Persimmon has narrowly avoided defeat over a plan to pay its chief executive £75m following a shareholder backlash.
At its annual meeting, 48.5% of investors’ votes were cast against the housebuilder’s remuneration report.
Chief executive of Persimmon, Jeff Fairburn, was initially due to receive £110m but that sum was later reduced considerably.
The company said “we recognise that a sizeable number of shareholders remained concerned” about the pay deal.
Some 51.5% of vote cast at the AGM backed the remuneration plan while 30.9% abstained.
At the meeting, one of Persimmon’s biggest shareholders – Aberdeen Standard – made a strident attack against the pay and bonus scheme.
The fund manager said the company’s decision to reduce Mr Fairburn’s remuneration to £75m did not come “close to acceptable”.
Persimmon chairman Nigel Mill told the meeting: “This could have all have been handled better … it should have been.”
In his written statement to the meeting, Aberdeen’s corporate governance chief Euan Sterling acknowledged that Persimmon’s board had presided over a very successful period for the company.
“But being a company director, and in particular a chief executive, requires more,” he wrote. “It requires a broader context. It requires a personal motivation that goes beyond simply amassing a fortune.
“It requires an understanding of where the company sits within the society within which it operates. Little of that is evident currently at Persimmon.”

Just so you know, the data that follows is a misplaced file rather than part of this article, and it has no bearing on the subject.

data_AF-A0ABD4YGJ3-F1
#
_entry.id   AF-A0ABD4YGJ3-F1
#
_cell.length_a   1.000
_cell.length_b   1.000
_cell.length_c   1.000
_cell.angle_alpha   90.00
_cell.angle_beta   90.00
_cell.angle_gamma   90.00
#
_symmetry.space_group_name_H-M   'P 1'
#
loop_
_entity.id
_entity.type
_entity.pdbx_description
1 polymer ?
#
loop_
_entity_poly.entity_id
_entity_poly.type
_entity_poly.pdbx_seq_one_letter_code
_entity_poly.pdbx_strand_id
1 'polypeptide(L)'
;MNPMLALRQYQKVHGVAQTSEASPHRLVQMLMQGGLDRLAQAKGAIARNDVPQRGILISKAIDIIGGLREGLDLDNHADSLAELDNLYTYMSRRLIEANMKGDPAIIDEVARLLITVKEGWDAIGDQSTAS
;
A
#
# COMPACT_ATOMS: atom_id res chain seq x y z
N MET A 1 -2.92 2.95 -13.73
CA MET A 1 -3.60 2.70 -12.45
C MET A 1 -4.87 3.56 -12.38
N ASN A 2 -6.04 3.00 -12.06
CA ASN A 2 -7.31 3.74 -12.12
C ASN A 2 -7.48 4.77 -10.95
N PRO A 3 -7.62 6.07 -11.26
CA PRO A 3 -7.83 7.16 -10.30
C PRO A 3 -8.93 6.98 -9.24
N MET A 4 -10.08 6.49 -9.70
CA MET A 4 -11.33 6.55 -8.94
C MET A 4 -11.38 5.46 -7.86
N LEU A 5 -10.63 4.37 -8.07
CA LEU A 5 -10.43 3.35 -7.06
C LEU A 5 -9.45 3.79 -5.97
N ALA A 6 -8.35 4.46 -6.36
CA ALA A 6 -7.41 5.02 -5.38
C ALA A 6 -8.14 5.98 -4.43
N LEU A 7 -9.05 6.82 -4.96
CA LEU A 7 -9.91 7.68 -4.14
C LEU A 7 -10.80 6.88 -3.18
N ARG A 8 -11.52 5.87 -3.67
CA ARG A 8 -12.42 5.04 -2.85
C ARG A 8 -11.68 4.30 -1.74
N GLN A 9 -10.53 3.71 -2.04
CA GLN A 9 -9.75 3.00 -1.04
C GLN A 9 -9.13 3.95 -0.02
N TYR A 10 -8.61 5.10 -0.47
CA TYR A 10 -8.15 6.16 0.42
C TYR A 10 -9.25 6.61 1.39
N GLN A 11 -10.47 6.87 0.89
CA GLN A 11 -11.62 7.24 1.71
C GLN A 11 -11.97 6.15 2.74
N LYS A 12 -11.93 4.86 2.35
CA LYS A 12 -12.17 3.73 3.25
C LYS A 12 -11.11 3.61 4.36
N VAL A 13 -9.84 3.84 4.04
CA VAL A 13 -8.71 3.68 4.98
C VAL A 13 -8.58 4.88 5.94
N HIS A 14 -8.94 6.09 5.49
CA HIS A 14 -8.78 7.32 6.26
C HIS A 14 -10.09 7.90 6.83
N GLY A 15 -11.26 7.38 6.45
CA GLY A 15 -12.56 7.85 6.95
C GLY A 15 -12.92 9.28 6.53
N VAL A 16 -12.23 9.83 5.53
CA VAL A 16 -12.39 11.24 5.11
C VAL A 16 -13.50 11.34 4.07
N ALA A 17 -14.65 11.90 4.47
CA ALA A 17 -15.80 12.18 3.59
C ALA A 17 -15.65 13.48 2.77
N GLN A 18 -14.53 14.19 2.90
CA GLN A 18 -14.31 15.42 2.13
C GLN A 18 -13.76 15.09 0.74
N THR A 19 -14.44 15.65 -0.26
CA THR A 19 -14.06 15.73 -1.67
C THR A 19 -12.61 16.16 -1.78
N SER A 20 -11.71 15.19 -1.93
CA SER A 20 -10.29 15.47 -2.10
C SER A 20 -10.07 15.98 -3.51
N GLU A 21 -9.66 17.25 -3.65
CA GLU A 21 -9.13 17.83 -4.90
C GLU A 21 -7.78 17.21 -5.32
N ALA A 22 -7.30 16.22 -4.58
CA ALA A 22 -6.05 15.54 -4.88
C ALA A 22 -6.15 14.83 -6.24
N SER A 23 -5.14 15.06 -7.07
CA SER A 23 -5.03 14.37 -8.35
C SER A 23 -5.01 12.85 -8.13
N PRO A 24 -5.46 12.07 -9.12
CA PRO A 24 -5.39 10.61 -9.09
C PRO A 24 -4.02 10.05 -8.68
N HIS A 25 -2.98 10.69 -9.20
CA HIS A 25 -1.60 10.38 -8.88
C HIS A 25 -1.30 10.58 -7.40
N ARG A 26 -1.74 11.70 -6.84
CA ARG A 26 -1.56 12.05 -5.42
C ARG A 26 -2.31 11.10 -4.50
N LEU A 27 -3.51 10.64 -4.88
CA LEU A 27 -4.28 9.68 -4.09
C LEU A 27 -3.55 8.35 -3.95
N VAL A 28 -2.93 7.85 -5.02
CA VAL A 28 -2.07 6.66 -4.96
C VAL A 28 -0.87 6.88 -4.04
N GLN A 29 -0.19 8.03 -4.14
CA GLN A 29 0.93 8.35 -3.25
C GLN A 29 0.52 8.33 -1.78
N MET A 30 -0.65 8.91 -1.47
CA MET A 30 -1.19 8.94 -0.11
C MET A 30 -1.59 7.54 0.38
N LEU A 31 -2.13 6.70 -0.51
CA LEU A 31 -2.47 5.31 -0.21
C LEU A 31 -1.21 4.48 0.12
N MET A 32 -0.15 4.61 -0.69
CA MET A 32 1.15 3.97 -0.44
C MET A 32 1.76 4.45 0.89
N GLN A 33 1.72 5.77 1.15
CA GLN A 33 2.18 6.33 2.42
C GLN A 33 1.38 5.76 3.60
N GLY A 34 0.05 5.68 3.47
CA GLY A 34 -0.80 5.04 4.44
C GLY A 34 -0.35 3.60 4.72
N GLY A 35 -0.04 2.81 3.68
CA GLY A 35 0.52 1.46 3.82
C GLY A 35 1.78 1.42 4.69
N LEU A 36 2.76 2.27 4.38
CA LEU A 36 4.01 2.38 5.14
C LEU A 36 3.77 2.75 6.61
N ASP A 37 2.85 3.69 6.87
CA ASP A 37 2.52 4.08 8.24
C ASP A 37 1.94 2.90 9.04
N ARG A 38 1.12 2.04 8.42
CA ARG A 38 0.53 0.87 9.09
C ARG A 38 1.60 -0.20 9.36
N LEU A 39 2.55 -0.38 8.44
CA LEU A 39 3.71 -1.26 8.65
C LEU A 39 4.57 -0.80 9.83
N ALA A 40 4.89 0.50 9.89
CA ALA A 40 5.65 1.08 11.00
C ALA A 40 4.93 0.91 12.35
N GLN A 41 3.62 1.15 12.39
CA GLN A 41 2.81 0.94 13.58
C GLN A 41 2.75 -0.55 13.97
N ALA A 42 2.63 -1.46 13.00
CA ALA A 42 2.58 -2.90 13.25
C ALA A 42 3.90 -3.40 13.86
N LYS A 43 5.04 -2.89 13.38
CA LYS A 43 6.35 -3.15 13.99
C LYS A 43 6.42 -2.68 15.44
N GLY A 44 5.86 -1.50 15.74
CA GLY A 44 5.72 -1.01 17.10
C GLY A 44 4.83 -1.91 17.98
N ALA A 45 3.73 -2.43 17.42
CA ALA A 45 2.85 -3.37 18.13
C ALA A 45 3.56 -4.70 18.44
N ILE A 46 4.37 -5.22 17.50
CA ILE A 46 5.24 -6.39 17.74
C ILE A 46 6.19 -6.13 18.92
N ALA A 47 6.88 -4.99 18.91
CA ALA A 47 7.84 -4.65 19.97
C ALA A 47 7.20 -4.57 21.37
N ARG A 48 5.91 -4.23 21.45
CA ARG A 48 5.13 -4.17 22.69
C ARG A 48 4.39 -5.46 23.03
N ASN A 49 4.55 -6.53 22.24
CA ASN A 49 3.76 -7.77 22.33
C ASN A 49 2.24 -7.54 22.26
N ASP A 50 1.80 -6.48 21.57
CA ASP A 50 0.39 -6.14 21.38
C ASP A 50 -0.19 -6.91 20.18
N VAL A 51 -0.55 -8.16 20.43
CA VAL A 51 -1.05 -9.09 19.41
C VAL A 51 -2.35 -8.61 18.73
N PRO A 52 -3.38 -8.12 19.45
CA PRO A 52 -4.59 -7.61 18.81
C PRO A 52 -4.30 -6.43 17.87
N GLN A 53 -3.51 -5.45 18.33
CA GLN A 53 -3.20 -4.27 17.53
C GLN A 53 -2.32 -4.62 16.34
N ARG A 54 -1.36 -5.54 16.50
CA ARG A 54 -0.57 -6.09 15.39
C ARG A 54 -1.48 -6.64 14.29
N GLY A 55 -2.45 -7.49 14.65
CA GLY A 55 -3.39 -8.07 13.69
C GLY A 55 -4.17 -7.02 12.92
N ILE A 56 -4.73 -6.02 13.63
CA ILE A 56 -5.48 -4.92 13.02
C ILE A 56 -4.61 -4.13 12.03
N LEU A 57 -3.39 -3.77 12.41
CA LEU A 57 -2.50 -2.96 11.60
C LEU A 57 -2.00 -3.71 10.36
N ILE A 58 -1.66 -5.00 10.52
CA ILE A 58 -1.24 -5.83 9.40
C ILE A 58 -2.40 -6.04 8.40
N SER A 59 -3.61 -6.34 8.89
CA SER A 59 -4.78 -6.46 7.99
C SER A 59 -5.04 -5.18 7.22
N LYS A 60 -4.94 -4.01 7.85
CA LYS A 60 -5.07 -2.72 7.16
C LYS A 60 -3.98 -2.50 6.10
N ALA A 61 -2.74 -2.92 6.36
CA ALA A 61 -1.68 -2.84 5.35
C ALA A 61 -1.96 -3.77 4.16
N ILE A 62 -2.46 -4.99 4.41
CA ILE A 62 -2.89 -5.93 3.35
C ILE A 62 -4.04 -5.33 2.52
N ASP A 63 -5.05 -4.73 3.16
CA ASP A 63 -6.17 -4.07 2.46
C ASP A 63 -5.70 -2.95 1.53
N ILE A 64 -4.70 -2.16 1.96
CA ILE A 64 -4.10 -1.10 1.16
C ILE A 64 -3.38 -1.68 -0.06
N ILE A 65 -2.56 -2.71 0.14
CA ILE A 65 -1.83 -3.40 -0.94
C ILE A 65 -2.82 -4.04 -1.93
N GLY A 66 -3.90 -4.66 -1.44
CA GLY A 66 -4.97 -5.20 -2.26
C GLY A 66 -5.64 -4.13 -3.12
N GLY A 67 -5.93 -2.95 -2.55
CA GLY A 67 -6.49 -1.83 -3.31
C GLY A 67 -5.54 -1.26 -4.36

Aberdeen Standard has a stake of about 2.3% in Persimmon.
During the meeting, Mr Mill apologised “unreservedly” to shareholders over the housebuilder’s handling of executive pay.
He said: “I recognise that there has been significant strength of feeling from some shareholders over this issue. And so please let me take this opportunity to apologise unreservedly to our shareholders.
“It is a matter of profound regret that we got to the position where we had a company with an exceptional management team, delivering exceptional, market-beating performance, that has been overshadowed by a row over pay.”
Mr Mill also pointed out that shareholders voted through the pay deal in 2012 and that no-one could have predicted that the “performance of the business would be so good over such a long period of time”.
Mr Fairburn was initially due to receive £100m, but later agreed to hand back £25m in bonuses.
The Church of England had also promised to vote against the company’s remuneration report.